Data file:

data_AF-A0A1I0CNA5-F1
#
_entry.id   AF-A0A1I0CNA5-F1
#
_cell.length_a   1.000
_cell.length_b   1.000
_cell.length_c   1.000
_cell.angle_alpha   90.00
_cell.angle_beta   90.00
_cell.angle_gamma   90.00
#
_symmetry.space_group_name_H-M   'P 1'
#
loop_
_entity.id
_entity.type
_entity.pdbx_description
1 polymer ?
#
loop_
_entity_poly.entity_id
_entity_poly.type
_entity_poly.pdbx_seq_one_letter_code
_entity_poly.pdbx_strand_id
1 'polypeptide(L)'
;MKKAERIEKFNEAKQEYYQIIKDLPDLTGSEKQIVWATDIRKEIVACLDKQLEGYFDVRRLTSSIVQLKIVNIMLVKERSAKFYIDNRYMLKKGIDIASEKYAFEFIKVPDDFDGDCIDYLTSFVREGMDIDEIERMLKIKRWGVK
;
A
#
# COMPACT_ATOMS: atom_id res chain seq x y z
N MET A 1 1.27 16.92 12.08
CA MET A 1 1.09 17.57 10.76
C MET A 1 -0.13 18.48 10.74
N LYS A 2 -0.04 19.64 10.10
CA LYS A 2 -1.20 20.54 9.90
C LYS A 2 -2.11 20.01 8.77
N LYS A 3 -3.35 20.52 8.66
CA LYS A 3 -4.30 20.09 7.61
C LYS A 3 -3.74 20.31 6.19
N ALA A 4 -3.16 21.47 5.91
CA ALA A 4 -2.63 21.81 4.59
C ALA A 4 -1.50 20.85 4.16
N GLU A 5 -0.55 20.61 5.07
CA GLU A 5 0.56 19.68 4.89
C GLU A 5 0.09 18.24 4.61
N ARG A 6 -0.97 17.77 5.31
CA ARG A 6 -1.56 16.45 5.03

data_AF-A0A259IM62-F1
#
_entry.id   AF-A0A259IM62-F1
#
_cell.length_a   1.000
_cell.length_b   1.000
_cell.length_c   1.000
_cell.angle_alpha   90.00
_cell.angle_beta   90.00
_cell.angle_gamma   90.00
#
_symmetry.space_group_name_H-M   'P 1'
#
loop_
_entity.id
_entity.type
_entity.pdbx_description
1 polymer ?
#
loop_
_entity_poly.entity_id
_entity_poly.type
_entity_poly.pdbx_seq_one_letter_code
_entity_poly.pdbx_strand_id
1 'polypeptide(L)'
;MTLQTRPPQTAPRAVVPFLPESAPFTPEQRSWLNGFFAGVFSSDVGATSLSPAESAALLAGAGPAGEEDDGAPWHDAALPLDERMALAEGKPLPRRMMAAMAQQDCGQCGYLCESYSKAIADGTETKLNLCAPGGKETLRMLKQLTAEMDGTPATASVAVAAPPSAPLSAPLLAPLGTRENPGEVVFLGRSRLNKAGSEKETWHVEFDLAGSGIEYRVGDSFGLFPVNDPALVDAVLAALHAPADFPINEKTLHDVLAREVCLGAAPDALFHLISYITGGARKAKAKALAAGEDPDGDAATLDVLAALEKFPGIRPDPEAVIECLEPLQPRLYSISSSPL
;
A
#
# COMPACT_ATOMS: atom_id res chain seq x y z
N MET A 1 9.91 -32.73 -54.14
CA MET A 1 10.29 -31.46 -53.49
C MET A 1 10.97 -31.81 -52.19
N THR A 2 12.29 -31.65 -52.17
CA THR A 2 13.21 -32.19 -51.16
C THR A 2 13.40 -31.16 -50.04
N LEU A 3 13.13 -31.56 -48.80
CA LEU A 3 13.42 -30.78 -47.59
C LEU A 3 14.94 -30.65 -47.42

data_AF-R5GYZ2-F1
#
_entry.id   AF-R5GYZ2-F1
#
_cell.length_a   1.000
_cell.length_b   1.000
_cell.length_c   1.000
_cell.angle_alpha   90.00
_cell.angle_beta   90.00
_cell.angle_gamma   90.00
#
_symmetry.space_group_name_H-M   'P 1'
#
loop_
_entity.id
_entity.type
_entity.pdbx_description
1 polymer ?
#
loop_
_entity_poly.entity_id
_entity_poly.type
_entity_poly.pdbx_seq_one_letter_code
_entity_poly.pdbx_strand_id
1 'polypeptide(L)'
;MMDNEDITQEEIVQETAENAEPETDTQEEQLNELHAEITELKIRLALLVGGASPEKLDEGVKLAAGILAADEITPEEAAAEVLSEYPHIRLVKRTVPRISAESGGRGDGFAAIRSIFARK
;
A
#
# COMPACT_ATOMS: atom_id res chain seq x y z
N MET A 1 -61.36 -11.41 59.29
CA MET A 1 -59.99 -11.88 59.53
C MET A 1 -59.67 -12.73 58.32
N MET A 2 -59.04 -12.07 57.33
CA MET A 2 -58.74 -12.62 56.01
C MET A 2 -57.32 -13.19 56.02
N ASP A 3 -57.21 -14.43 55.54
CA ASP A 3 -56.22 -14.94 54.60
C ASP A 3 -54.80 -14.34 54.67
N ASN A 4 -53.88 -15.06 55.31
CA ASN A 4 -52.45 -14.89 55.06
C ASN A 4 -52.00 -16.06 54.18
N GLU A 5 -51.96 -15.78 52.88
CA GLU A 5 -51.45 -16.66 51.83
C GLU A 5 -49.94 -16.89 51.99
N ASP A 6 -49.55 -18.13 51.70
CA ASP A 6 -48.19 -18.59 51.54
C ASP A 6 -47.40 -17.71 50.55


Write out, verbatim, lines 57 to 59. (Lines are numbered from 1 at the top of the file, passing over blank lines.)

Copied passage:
_cell.angle_gamma   90.00
#
_symmetry.space_group_name_H-M   'P 1'